Lecture 4 PSY220 Attitudes & Persuasion (2013) white for PDF

Elabora8on likelihood model personally relevant

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Unformatted text preview: •  The sex group discussed the sex lives of cockroaches (very dull) •  How much did parJcipants like the discussion? Results 100 How much did you like the discussion? 94 88 82 76 70 No Initiation Mild Initiation Severe Initiation Induced Compliance Subtly compelling people to behave in a manner that is inconsistent with their beliefs, a1tudes, or values, which typically leads to dissonance and to a change in their original a1tudes or values in order to reduce dissonance Boring Task Study •  ParJcipants worked on a series of boring tasks •  Control group: asked how much they enjoyed study •  ParJcipants in experimental groups were asked to tell another person that the tasks were enjoyable –  Half were paid $1. –  Half were paid $20. •  How much did parJcipants enjoy the (boring) tasks? Results 1.6 1.4 1.2 1 0.8 0.6 0.4 0.2 0 - 0.2 - 0.4 - 0.6 Control $1 $20 Recap •  Our a1tudes have affecJve, behavioural, and cogniJve components. •  Different components do not always match. •  Behaving inconsistently with our a1tudes can feel unpleasant (this is dissonance). •  We can reduce dissonance by changing our a1tudes. Break Plan for Today •  Part 1: A0tudes: How do we evaluate people, objects, and ideas? Do we do what we say and say what we do? •  Part 2: Persuasion: How can we change people’s a1tudes? Persuasion An aiempt to change a0tudes Two Ques8ons 1.  How can we persuade people? –  Two main routes to persuasion 2.  How can we be more persuasive? –  Who says what to whom? Central route: you think carefully about a message and are influenced by...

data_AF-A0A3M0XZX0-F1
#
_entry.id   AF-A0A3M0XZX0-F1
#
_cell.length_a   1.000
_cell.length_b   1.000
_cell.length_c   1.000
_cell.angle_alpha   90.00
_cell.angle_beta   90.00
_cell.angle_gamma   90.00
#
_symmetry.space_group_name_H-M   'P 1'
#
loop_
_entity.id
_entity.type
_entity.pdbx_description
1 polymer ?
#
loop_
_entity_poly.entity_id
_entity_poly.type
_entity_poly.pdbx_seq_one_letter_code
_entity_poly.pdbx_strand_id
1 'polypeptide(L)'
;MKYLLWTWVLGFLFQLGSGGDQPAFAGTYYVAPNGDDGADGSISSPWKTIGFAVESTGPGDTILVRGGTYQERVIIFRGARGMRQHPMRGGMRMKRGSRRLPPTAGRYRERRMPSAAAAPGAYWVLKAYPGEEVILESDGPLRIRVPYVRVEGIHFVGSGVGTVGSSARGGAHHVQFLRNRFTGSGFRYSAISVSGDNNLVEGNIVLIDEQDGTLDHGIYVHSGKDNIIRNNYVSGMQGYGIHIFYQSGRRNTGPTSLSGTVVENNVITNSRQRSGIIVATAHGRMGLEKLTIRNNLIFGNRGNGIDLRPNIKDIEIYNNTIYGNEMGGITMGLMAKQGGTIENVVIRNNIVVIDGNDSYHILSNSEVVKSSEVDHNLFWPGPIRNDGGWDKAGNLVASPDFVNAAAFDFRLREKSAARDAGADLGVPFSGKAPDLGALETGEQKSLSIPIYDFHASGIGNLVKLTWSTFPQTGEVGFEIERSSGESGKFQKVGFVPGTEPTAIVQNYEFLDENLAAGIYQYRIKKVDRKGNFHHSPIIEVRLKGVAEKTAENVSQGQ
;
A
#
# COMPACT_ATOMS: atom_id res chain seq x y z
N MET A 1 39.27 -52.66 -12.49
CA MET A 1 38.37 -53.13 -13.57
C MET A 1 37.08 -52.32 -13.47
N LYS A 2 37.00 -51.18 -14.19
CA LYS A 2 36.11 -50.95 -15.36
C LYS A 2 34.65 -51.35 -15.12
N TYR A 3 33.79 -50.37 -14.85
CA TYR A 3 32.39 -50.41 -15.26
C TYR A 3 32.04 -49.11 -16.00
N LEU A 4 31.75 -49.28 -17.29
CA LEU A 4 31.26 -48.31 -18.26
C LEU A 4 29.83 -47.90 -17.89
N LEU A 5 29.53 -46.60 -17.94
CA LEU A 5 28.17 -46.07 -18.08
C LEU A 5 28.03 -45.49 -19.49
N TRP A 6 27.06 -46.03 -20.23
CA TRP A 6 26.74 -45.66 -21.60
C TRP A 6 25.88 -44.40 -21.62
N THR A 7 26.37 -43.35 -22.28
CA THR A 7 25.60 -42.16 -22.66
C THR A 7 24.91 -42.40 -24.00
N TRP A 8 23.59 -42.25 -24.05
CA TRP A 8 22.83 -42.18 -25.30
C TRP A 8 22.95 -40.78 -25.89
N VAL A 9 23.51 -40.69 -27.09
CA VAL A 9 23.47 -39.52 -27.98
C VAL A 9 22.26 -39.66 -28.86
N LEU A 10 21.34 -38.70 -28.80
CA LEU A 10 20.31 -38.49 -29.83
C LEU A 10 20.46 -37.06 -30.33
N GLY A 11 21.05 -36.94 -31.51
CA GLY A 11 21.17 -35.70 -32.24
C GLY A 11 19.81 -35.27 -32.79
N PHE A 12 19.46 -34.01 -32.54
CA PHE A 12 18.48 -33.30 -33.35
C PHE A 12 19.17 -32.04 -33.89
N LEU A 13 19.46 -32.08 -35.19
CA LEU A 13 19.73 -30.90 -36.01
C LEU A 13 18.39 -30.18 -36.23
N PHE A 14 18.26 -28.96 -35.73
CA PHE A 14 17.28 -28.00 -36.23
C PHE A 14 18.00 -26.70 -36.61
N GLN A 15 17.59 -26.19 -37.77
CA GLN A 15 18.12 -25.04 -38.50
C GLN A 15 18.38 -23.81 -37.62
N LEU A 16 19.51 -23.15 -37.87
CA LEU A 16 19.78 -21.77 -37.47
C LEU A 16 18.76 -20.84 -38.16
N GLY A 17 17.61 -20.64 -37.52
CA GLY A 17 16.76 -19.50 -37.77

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This note was uploaded on 03/27/2014 for the course PSY 220 taught by Professor Platz during the Spring '11 term at University of Toronto.

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